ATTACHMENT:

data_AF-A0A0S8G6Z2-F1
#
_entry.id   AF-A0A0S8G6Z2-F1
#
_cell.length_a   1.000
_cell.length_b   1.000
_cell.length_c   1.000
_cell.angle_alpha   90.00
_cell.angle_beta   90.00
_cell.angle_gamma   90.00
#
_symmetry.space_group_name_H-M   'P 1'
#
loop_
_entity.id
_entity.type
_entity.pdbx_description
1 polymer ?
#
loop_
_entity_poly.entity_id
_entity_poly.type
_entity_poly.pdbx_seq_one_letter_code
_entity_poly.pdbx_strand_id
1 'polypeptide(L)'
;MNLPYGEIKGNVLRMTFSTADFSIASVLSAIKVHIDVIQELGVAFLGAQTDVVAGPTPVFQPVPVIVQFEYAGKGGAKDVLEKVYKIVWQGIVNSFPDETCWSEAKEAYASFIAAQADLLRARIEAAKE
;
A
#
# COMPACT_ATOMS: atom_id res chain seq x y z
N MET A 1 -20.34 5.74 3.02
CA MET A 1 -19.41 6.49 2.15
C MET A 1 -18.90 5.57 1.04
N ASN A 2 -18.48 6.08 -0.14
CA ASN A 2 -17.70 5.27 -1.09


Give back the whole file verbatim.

data_AF-A0A0S8G6Z2-F1
#
_entry.id   AF-A0A0S8G6Z2-F1
#
_cell.length_a   1.000
_cell.length_b   1.000
_cell.length_c   1.000
_cell.angle_alpha   90.00
_cell.angle_beta   90.00
_cell.angle_gamma   90.00
#
_symmetry.space_group_name_H-M   'P 1'
#
loop_
_entity.id
_entity.type
_entity.pdbx_description
1 polymer ?
#
loop_
_entity_poly.entity_id
_entity_poly.type
_entity_poly.pdbx_seq_one_letter_code
_entity_poly.pdbx_strand_id
1 'polypeptide(L)'
;MNLPYGEIKGNVLRMTFSTADFSIASVLSAIKVHIDVIQELGVAFLGAQTDVVAGPTPVFQPVPVIVQFEYAGKGGAKDVLEKVYKIVWQGIVNSFPDETCWSEAKEAYASFIAAQADLLRARIEAAKE
;
A
#
# COMPACT_ATOMS: atom_id res chain seq x y z
N MET A 1 -20.34 5.74 3.02
CA MET A 1 -19.41 6.49 2.15
C MET A 1 -18.90 5.57 1.04
N ASN A 2 -18.48 6.08 -0.14
CA ASN A 2 -17.70 5.27 -1.09